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Christian demonology

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Christian demonology is the study of demons from a Christian point of view. It is primarily based on the Bible (Old Testament and New Testament), the exegesis of these scriptures, the scriptures of early Christian philosophers and hermits, tradition, and legends incorporated from other beliefs.

Like theology, demonology is not a science; therefore, strict[scientific method]has not always been applied.

In monotheistic religions, the deities of other religions are sometimes interpreted or created as demons. The evolution of the Christian 'Devil' and pentagram are examples of early rituals and images that have been attributed 'evil' qualities by the Christian churches.

Since early Christianity], demonology has evolved from a simple acceptance of demons to a complex study that has grown from the original ideas taken from Jewish demonology and Christian scriptures. Christian demonology is mainly studied within the Roman Catholic Church, although some other Christian churches do not deny the existence of demons.

According to Christian tradition, demons can be angels, are spiritual, immutable and eternal. Demons are not [omniscient, but each one has a specific knowledge (sometimes on only one subject, sometimes on more than one). Their power is limited to that which God allows, so they are not omnipotent. No reference has been made about omnipresence, so it is as yet unclear if they can be in different places at the same time, but according to the tradition of the medieval witches' Sabbath, two conclusions can be reached: either Devil can be in different places at the same time, or he sends an emissary in his name, but it seems that the only 'omni' thing they are is malevolent; it is deducible from some passages of the Bible that they are not omnipresent.

Christian demonology states that the mission of the demons is to induce humans to sin, often by testing their faith in God. Christian tradition holds that temptations come from three sources: the world, the flesh, and the devil. Demons have also the duty of punishing the souls of those people that died out of God's grace (in sin), by torturing them in Hell.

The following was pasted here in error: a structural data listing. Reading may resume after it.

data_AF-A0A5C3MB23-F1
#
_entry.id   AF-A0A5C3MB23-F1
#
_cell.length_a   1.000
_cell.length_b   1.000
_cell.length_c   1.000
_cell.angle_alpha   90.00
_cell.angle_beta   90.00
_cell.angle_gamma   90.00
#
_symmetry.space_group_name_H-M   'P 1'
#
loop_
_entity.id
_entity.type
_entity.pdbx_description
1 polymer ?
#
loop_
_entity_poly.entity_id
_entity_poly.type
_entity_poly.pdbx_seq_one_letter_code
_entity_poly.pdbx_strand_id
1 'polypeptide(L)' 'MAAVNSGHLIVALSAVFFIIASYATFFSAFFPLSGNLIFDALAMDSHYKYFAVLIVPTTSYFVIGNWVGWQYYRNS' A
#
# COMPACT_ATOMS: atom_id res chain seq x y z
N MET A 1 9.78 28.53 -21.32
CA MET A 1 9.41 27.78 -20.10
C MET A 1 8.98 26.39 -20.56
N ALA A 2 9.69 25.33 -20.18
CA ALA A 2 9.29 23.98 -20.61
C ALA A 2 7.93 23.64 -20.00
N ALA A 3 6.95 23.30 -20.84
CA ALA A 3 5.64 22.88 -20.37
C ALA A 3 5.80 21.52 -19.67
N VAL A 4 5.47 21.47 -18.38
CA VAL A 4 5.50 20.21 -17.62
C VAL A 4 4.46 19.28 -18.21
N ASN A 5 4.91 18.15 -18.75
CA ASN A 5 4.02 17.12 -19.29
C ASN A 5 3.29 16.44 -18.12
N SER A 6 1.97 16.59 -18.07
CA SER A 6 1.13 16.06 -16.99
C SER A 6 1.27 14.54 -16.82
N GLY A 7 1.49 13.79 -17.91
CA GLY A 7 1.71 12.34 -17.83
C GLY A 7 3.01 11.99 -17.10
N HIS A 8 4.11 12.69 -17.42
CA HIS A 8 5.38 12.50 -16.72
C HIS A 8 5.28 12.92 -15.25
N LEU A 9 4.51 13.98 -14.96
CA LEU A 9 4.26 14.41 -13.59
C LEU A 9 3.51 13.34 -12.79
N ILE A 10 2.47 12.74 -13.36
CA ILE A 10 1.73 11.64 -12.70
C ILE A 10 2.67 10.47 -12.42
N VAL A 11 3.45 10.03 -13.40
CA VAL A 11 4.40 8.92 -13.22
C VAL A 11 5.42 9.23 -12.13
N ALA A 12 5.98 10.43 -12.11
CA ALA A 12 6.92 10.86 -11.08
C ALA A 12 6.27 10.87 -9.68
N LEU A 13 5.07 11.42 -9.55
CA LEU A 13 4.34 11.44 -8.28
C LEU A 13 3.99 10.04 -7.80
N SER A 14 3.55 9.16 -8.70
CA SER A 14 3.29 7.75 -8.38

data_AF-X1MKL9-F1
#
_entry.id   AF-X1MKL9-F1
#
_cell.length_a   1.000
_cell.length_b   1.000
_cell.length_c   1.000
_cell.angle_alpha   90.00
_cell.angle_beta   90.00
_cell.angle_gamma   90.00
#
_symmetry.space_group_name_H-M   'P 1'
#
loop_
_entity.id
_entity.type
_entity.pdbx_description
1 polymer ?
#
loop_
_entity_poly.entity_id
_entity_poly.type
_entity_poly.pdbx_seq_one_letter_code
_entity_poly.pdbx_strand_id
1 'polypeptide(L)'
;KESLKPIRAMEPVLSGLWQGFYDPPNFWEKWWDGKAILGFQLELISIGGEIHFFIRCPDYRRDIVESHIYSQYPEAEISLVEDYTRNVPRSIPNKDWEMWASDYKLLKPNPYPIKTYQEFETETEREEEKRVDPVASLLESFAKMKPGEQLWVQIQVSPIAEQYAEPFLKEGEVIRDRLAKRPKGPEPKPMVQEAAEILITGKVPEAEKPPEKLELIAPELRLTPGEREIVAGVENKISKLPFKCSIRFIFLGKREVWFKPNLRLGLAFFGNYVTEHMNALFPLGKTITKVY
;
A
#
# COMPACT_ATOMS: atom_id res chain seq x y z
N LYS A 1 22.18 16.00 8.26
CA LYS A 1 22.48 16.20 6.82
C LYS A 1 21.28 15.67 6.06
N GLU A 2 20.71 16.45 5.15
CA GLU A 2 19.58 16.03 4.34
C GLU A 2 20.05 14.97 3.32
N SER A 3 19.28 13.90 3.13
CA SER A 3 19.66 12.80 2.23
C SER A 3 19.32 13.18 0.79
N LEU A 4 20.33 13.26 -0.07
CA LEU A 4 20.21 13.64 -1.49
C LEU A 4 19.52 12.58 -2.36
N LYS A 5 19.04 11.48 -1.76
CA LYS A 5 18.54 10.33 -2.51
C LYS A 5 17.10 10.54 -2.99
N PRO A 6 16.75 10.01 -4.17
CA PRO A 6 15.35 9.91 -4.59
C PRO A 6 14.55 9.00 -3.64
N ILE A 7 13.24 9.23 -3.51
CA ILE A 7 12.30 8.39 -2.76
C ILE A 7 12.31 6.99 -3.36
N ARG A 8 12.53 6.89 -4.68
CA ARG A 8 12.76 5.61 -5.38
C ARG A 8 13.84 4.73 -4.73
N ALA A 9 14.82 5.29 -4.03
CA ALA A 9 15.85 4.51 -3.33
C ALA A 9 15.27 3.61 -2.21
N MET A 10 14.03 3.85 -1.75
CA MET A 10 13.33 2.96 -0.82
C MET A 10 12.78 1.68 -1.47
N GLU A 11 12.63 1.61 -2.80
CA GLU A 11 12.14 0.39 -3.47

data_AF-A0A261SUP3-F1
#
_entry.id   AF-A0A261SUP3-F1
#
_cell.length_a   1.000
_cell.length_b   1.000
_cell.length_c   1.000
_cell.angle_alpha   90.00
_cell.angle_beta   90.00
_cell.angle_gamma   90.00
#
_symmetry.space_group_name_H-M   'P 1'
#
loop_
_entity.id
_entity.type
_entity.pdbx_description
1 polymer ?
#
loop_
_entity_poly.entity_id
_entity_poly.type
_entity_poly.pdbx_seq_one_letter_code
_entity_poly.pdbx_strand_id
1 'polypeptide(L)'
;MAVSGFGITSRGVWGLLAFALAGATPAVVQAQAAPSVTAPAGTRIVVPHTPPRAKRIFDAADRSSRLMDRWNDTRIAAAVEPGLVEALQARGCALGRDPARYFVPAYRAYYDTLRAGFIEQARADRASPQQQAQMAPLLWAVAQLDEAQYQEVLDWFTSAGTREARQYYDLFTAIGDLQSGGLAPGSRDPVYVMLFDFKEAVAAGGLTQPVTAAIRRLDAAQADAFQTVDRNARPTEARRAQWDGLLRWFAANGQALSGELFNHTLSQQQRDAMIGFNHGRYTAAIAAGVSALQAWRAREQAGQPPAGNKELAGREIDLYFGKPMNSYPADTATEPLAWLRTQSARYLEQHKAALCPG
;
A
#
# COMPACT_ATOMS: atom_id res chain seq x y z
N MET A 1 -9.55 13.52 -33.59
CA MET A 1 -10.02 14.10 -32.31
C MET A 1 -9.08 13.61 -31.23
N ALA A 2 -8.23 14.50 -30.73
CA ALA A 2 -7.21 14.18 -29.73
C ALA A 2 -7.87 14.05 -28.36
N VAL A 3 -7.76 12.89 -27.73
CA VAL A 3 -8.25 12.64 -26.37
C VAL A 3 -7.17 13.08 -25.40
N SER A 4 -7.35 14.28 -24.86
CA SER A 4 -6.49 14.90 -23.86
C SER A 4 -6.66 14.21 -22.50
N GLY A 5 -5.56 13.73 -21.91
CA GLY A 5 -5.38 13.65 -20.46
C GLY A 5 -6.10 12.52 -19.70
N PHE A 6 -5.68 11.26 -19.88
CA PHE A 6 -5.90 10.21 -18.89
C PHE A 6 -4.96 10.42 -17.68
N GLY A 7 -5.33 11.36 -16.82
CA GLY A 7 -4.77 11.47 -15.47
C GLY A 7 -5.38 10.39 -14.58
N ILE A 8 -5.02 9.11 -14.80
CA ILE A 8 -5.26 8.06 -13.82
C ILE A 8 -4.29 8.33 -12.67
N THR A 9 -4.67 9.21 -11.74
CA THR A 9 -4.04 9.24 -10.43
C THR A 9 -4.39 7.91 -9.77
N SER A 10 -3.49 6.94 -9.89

It is also believed that demons torment people during their life, like the case of Job or through possession, causing disgraces and diseases, or simply showing themselves before persons to frighten them, or by provoking visions that could induce people to sin or to be afraid. (Luke] 13:16; Matthew 17:15-16)

Demons are also believed to try to make people abandon the faith, commit heresy or apostasy, remain or turn themselves Pagan or venerate "idols" (the Christian term for cult images), and gain the highest number of adversaries of God. (Ephesians 6:12)

Demonic supernatural powers are believed to include Fabrication, Psychokinesis, Pyrokinesis, Levitation, Cryokinesis, Biokinesis, Divination, Demonic possession, seducing spirits, ESP, telepathy, mind probing, witchcraft, curses and hexes, as well as binding, magnification, and making contracts, weather control, animal control, and provacation]. Demons use variants and combinations of these powers to harass, demoralize, confuse, and disorient the victim, or the willing subject of demonic interest. Many of these attacks can be limited by God for duration, effect or scope of these Demonic attacks. A fictional example of the above is featured in the movie The Exorcist.